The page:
Ron Funches: Funch-A-Mania | Gig review by Steve Bennett at Just For Laughs, Montreal

Ron Funches: Funch-A-Mania

Gig review by Steve Bennett at Just For Laughs, Montreal

Late at night in a smokey room, Ron Funches offers a comedy chill-out zone, his adorably camp voice flirting with the audience, sweetly seductive and 100 per cent unthreatening. 

The slow pace – and the unexpectedly girlish giggle which follows most of his jokes – gives him a soothing presence. Not, perhaps, the quality you immediately seek out in a comedian, but it is disarmingly charming.

Further playing against expectation, Funches takes to the stage like a boxer, showing off a championship belt and with a trainer in tow, before telling us about the time he got into a fist fight in Vancouver. He is an unlikely brawler, but a racist slur tipped him over the edge, and no one was more surprised than him at how things turned out.

There’s no hurry to tell the tale, he just lets it unfold at its own languid pace, and if there are any embellishments, he doesn’t let them show, lest they undercut his low-key vibe. He has a tempo of his own, and will not deviate.

His tranquil style asks patience of the audience, too. ‘Ooh, don’t you get ahead of me on that,’ he coyly reprimands after one set-up. We have to enjoy the journey more than the destination.

On that voyage, some of the content is slight, seeming like padding surrounding the strong joke he finally gets to. A whole routine about reality TV, for example, doesn’t throw any new light, until he gets to the genteelness of Great British Bake Off and its cosy refinement that suits his own delivery style. The contrast he draws with how the competitive Americans would make the show is brilliant.

Funches makes much of his lack of ambition, enjoying his smokes and complaining that getting cast as a lead on NBC’s Undateable required the sort of work ethic he didn’t get into stand-up for. Indeed, there’s little new in this set from the one he performed in London last year, even though he’s got a lot of free time since the TV show got cancelled.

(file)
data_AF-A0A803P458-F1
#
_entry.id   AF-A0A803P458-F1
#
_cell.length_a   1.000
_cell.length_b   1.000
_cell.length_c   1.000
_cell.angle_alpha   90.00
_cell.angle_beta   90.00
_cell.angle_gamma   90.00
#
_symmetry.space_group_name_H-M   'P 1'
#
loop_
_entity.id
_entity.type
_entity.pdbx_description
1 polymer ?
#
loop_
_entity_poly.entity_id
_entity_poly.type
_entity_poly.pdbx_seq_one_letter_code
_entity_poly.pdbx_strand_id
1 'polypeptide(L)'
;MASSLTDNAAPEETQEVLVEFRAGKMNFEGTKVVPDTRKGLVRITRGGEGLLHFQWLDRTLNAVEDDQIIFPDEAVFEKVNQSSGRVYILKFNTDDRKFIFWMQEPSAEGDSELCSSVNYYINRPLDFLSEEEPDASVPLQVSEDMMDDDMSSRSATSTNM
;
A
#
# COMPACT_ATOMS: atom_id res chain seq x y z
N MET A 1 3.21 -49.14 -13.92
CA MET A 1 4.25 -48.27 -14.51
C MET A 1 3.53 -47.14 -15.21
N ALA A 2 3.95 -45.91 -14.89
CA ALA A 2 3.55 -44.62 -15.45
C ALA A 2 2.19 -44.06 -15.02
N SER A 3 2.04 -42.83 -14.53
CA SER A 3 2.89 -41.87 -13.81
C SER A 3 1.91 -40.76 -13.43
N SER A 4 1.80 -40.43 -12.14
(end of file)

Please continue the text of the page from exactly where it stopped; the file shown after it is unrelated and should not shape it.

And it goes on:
But belying that laziness is the fact that he’s lost 10 stones, and you don’t do that without ambition. He has a couple of entertaining anecdotes about that, but the substance of the story seems only briefly alluded too: that his slimmer self, combined with the money he got from TV has made him newly confident. 

It’s among the few glimpses we get at something deeper, from dropping in references to Coretta Scott King to mentioning the fact he’s a father to an autistic teenager, all as background to sillier stories.

After all his soft-spoken come-on, it would be rewarding for him to use his entrancing presence to open up more about the real him, as well as telling tales that are charmingly frivolous. But even with only glimpses of more substance, it’s a delight to wallow in his show, comedy’s relaxing equivalent of a glass of wine in a fragrant bubble bath.

Review date: 27 Jul 2017
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